Ban Tha Ta Fang and its raw beauty

Recently, I got back from a four-day trip to Ban Tha Ta Fang, near the Salween River with my students at ERS. There are so many stories to tell and so many memories I cherish with the students! Before I embarked on this trip, I was a bit nervous and afraid because I heard that the village did not have electricity or clean water, not to mention mobile reception! However, bravely took the challenge of not having contact with the online world for 4 days, I received the best reward of friendship and nature’s beauty. The area belongs to a national park, therefore the forests are protected by local people as well as the government. It was so beautiful and breathtaking for me to see the rawness of nature after such a long time living in the city. The hills and mountains were all covered in an emerald shade and the atmosphere was pure and cool. The Salween River, near the Tha Ta Fang village, is the soul of life for people. It flows freely, carrying the natural fertilizing minerals on its path, and helps grow organic rice. People farmed, fished, and made a living while lived in harmony with nature. I got to see and hear how people of the village did low-land and high-land farming, as well as how they became independent and self-reliance by sustaining their food and water sources. Those stories really changed my mind about way of life in such a remote area. People here were not uneducated and foolish. They had a rich local knowledge and could survive without support from the government. The locals protected their culture and their lands for more than a hundred years. Most importantly, they fought for their rights and their livelihood every day to keep their traditions and way of life. The trip made me understand and respect a different lifestyle than that of my own. I also realized how much fun I could have without the presence of my phone!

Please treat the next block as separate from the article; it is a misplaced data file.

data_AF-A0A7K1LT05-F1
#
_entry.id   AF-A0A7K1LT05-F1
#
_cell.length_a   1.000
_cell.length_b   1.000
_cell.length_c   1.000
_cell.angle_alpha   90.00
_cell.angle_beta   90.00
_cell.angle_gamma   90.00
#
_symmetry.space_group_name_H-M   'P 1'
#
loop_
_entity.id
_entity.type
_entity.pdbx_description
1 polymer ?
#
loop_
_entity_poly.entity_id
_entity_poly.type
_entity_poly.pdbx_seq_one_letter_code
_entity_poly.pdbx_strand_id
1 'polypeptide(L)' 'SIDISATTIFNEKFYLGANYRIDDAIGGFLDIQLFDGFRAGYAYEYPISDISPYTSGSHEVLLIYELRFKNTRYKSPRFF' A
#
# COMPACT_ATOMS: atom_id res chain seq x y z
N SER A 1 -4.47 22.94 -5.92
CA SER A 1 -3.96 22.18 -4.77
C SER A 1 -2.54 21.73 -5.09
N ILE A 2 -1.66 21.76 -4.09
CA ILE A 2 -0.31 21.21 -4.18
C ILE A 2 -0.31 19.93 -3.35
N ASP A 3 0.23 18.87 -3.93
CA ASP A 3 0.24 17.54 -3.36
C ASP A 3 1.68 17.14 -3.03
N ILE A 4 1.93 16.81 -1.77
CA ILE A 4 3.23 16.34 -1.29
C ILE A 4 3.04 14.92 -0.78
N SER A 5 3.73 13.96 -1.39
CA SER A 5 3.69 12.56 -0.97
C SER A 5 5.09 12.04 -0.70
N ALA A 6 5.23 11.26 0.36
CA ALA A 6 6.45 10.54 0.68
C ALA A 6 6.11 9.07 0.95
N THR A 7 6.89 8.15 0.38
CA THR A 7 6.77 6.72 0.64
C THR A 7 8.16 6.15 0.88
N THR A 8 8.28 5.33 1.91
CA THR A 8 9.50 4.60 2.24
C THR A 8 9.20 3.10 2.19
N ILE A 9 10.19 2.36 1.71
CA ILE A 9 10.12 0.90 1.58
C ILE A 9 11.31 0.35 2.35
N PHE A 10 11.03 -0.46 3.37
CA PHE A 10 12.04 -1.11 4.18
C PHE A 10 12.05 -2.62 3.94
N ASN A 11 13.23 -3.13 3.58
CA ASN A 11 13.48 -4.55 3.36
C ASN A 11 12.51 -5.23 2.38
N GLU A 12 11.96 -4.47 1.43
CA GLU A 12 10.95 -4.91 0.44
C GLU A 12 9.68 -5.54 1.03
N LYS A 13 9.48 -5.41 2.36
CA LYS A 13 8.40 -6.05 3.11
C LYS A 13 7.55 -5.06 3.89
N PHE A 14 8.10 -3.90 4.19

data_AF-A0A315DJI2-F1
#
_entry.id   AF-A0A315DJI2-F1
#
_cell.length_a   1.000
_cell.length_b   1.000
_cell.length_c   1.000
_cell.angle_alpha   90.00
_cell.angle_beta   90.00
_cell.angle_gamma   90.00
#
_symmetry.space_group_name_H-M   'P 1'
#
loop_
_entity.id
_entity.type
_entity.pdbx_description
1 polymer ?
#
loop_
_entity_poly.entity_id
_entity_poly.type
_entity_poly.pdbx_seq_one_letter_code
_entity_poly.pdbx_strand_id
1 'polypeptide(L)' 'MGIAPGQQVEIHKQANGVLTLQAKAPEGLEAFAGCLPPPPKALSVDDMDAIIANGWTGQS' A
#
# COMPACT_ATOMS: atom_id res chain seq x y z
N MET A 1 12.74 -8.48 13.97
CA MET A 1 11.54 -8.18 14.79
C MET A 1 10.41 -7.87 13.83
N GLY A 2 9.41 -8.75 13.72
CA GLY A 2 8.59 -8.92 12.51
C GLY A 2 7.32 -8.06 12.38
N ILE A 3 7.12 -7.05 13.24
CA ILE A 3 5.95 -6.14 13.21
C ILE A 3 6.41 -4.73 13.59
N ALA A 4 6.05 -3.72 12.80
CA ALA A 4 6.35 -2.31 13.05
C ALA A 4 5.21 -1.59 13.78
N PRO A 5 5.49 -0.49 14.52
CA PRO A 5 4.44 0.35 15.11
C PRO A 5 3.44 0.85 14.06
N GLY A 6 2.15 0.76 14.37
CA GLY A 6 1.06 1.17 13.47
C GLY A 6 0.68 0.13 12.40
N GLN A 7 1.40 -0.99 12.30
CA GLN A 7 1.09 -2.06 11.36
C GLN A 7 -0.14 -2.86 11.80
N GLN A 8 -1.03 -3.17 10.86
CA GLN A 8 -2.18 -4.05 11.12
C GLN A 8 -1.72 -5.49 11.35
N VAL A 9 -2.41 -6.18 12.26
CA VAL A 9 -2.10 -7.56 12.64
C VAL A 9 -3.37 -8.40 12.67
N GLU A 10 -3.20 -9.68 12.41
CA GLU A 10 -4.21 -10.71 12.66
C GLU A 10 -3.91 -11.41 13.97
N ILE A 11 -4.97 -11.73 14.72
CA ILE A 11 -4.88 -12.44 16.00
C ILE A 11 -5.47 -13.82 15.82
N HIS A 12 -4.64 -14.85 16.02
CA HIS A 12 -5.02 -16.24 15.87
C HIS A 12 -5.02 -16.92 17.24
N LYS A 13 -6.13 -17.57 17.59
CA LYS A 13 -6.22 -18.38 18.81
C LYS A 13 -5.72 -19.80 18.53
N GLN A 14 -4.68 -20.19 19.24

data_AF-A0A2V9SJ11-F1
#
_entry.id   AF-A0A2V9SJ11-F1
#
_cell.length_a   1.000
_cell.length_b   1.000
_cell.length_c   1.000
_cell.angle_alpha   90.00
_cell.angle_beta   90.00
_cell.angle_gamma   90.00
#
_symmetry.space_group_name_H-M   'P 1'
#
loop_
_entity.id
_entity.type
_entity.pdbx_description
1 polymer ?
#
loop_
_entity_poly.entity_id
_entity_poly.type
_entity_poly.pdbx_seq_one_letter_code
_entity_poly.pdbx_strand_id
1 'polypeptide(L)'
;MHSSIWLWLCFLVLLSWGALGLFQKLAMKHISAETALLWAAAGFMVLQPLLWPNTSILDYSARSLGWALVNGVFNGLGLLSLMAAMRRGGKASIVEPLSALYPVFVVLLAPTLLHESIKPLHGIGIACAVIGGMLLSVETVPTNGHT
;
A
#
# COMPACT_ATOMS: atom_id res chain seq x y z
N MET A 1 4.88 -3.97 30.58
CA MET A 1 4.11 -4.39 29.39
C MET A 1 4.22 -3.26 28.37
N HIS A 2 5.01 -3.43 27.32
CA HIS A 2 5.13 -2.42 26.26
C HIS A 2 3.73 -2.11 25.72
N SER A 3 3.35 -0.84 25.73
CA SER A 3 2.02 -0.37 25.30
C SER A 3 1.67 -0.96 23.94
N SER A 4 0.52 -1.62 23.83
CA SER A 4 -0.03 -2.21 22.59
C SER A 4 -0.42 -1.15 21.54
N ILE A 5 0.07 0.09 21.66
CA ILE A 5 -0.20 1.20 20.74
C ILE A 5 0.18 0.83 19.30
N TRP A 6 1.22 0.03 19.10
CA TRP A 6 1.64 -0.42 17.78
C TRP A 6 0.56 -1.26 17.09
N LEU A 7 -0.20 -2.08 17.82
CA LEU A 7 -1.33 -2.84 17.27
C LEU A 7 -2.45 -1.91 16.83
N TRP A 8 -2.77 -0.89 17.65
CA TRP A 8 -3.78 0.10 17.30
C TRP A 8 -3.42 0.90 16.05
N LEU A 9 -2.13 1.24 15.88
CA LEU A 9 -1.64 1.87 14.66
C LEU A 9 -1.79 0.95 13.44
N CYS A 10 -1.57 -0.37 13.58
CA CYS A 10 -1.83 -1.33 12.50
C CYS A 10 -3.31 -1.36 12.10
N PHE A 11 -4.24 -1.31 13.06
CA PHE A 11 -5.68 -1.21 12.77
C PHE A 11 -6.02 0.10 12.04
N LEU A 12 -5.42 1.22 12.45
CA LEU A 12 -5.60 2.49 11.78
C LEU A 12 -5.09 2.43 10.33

Here are some of the pictures I took during the trip so you can experience to some extent the beauty of Tha Ta Fang village.


What can you do in three weeks?

This question was on my mind when I realized that I have completed half of my internship. At this point, I have familiarized myself with the students and the school. I no longer feel the nervousness and uncertainty if I am doing well while working on assignments. Although I am still lacking in my skills, helping the students with their English and receiving feedbacks have fostered my confidence and composure. Sadly, as I gain self-assurance, my time at ERI School is running out. Including last week, I will have three more weeks with the students, because they will spend one week on a trip to Myanmar while I stay behind working on a project for the school. I pondered upon what more I could do for the students during my limited time here. Therefore, recently, I have started a series of English night classes with another intern at the school and we had our first two classes last week. I received a go-ahead from the field supervisor after some training and we quickly prepared a lesson plan for the students.